I think what they did here is fascinating. The spatial experiments are muted, at least the space occupied by the action. Instead, the space around the chief character's head is engineered, no doubt using proprietary motion technology. You can see it in two recent Pixar patent applications (12/717,530 and 12/717,540) with the implementation here using NURBS rather than polygons. As a matter of hidden history, the technique of using linear NURBS to define things like hair came directly from military aircraft radiation modeling for stealth.

But that is another story. What interests us here is the ability to both *realistically* emulate the effect that curls of hair have in gravity, wind jostling and rubbing up against each other, *and* the agent system where tufts to have some individual character and personality within the assembly. They are characters in their own filmworld. The more glum I got over the story-in- front, the more joy I was able to find in what they did with this hair. Some of the 1500 individual curls work against the assembly just as Merida works against her constraints.

The personality of each of the tufts remains the same throughout the film, but the nature of the agentworld of the tufts develops.

Because they have to emphasize the hair, they de-emphasize hair elsewhere. For instance, the bearhides are from a bygone technology. The snow that originally would have used the same technology and echoed the hair dynamics would have made a great film. But 'creative differences' and a shift in the director killed this.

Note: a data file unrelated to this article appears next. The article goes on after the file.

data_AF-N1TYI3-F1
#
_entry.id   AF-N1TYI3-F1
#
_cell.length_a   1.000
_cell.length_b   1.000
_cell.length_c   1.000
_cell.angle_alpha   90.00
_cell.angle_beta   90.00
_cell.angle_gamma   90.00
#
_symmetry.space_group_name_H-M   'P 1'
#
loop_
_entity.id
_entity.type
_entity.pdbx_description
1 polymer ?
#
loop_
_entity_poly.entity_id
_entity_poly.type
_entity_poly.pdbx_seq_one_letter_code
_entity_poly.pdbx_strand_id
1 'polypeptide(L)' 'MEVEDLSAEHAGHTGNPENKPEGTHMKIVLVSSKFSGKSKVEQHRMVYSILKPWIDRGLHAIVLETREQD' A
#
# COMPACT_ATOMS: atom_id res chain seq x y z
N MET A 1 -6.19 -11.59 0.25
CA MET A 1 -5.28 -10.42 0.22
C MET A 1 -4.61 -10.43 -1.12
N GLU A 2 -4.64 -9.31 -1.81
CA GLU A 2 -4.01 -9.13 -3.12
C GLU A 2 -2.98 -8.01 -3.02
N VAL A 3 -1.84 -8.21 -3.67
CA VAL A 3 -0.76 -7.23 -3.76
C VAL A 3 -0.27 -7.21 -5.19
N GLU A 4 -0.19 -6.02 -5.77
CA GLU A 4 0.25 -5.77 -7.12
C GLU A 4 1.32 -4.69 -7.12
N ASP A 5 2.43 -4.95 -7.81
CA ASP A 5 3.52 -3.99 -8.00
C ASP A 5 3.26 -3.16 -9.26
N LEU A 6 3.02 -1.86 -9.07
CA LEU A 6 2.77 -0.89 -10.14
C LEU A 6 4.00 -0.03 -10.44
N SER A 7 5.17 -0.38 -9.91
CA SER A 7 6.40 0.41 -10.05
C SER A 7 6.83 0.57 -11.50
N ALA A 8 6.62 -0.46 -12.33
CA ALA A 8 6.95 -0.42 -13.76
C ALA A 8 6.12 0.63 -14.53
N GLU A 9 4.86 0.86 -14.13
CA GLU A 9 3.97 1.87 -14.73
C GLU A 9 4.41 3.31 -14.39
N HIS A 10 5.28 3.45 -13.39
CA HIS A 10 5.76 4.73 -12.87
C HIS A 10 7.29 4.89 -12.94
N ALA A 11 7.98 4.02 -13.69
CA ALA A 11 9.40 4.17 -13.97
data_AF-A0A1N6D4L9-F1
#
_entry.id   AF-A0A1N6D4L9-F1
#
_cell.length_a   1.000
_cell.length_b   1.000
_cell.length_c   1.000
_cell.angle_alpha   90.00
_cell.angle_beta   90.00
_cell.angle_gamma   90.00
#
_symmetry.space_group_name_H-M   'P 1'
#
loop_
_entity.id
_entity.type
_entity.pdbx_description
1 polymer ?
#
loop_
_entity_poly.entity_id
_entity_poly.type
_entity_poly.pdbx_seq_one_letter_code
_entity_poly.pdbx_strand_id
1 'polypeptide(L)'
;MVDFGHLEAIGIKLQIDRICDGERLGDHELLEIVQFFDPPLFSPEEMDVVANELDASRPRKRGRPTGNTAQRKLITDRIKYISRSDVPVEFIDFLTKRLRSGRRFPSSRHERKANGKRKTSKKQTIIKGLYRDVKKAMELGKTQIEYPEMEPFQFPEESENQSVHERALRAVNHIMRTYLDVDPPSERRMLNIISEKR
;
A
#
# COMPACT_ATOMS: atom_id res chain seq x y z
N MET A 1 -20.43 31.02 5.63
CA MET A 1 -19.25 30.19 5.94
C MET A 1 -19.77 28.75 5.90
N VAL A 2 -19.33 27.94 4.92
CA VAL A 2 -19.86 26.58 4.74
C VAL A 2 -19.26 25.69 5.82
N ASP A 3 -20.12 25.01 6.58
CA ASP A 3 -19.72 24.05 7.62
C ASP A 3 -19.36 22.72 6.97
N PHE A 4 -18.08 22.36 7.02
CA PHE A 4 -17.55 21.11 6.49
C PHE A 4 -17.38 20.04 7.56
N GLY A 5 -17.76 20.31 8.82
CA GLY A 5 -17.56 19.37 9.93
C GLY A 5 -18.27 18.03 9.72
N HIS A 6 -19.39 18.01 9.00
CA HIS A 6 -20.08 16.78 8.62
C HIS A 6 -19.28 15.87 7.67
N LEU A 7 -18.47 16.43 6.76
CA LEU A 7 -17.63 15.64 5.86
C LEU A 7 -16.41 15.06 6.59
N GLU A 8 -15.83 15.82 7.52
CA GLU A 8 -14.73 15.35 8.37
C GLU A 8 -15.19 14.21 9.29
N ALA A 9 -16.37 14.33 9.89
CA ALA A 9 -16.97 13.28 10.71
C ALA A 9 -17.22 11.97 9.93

Red hair in cinema has a long history, and it can be said that film at least clarified certain stereotypes. I have a small project tracing the development from "It!" and following black and white films where the red was known from tinted fan magazines, through Technicolor. Many actresses were forced to dye their hair just so the filmstock would register their skin properly. By then we had the three main archetypes.

Merida has a rare double swirl. Fantastic research on that account.

So, an engineered hairworld, as a collection of characters, acting as a character to subvert the Disney constraints. Too bad about the original visionary leaving. Jobs would not have allowed it.

Ted's Evaluation -- 3 of 3: Worth watching.